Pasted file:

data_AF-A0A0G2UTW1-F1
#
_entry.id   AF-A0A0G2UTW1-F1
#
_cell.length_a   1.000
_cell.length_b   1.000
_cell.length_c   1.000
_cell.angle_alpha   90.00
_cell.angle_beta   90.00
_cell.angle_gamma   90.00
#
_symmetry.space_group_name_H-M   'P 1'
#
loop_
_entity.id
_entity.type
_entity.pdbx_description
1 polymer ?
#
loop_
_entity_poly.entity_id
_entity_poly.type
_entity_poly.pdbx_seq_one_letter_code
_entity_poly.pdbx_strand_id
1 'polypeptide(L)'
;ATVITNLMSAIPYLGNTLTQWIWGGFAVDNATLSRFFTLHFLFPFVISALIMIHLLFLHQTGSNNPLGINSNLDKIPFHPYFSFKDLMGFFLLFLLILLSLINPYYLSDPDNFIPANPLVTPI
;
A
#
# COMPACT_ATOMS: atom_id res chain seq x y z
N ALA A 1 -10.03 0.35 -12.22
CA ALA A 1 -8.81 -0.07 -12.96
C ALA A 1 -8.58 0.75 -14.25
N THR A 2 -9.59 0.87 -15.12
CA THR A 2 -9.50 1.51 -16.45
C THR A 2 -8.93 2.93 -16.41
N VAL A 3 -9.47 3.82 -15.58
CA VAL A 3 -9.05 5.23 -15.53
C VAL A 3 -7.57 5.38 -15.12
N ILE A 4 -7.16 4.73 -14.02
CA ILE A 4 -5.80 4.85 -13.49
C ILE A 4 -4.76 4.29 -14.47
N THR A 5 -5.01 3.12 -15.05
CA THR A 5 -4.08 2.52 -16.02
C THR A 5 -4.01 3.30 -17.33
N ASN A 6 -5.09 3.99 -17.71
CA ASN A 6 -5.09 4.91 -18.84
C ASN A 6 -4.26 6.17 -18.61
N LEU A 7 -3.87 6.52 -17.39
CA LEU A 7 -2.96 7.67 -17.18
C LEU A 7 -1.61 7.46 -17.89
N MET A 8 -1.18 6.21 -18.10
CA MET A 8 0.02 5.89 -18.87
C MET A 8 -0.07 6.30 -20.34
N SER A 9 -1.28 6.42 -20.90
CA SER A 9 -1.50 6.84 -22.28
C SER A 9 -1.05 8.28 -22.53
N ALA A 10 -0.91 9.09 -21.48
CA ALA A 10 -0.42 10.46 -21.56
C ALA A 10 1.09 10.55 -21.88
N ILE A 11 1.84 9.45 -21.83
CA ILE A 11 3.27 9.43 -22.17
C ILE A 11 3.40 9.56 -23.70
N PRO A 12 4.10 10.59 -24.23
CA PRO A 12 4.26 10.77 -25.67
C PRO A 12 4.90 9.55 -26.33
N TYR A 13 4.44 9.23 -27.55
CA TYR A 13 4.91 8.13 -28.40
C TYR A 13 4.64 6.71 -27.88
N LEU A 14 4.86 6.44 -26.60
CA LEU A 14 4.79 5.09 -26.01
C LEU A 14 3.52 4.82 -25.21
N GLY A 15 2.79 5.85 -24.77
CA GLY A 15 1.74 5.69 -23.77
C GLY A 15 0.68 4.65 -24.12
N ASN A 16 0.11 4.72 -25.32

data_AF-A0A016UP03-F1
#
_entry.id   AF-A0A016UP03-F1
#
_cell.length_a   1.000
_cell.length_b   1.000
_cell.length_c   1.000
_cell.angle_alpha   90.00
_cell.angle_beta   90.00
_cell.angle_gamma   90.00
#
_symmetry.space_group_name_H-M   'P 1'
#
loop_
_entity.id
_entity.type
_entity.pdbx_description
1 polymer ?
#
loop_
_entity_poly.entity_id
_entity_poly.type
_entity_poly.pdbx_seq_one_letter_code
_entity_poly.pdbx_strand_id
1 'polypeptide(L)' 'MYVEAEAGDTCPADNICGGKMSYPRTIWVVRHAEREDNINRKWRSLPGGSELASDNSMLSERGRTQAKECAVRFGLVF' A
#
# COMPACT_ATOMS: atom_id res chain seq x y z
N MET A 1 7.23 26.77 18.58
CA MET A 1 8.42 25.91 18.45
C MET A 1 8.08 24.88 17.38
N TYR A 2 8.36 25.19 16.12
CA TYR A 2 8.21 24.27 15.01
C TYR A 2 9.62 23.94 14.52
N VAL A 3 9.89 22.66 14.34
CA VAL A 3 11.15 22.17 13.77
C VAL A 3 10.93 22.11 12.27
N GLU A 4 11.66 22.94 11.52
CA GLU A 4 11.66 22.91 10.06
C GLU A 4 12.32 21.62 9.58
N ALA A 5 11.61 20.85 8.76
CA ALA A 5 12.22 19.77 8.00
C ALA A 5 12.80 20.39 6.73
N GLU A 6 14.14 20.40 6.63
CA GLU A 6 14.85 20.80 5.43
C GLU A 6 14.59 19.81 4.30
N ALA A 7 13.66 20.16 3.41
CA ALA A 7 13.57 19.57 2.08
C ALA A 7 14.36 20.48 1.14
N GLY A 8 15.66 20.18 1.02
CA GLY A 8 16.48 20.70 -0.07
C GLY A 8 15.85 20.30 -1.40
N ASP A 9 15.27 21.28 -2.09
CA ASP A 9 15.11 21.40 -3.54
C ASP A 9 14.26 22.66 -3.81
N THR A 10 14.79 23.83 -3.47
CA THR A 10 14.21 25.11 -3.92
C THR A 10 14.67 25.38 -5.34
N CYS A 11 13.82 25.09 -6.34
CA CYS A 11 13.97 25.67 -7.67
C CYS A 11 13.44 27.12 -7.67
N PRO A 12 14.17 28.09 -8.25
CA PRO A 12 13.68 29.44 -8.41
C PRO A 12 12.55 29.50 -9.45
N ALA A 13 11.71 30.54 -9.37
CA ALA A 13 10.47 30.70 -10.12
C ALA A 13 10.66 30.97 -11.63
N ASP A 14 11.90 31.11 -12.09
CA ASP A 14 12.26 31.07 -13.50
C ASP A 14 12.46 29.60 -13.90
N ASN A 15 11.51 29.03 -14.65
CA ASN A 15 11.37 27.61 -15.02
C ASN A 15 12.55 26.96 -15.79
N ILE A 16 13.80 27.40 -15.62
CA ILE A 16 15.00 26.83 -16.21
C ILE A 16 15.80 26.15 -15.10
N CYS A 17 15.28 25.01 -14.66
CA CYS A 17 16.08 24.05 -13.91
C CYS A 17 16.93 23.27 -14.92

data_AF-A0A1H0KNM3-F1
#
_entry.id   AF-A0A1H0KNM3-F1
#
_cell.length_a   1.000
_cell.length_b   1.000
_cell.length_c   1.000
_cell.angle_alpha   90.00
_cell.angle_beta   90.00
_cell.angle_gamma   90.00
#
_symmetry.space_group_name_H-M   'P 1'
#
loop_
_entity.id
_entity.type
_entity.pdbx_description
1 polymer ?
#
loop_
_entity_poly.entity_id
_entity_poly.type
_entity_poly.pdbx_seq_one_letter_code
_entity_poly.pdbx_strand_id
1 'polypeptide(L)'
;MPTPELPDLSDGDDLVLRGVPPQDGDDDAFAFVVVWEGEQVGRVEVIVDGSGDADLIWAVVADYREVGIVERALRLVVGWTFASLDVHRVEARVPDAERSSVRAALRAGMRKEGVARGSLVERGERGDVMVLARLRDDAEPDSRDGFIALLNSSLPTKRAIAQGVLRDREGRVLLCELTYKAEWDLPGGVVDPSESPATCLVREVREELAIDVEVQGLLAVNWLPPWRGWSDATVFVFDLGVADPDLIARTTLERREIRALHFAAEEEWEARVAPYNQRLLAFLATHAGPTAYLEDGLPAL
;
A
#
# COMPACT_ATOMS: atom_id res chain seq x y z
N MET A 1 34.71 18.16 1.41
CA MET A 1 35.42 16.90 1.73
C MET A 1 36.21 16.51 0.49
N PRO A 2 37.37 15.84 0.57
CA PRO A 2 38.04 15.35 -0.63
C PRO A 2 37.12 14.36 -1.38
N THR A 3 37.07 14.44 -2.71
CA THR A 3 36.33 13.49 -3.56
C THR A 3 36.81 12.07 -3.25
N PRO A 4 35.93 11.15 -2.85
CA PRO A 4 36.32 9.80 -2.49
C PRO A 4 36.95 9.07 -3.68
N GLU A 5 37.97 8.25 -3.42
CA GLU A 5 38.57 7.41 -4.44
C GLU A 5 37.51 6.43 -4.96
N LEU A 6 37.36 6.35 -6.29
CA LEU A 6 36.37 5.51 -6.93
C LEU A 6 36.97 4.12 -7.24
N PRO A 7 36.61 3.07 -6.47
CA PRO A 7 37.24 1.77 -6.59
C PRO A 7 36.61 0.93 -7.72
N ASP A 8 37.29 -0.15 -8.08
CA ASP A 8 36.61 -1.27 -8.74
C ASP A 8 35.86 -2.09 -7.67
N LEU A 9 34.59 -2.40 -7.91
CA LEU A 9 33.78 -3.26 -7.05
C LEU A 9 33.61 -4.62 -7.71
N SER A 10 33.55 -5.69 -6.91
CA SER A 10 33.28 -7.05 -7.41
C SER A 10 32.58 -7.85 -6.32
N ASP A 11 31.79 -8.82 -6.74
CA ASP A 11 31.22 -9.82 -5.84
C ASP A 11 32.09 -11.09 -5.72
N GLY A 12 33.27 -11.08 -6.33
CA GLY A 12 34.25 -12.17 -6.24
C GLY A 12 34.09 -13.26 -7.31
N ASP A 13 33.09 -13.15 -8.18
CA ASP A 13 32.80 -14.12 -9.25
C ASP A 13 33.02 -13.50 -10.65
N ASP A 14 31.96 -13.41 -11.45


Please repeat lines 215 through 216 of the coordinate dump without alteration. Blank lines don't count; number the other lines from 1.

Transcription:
N ASP A 11 31.79 -8.82 -6.74
CA ASP A 11 31.22 -9.82 -5.84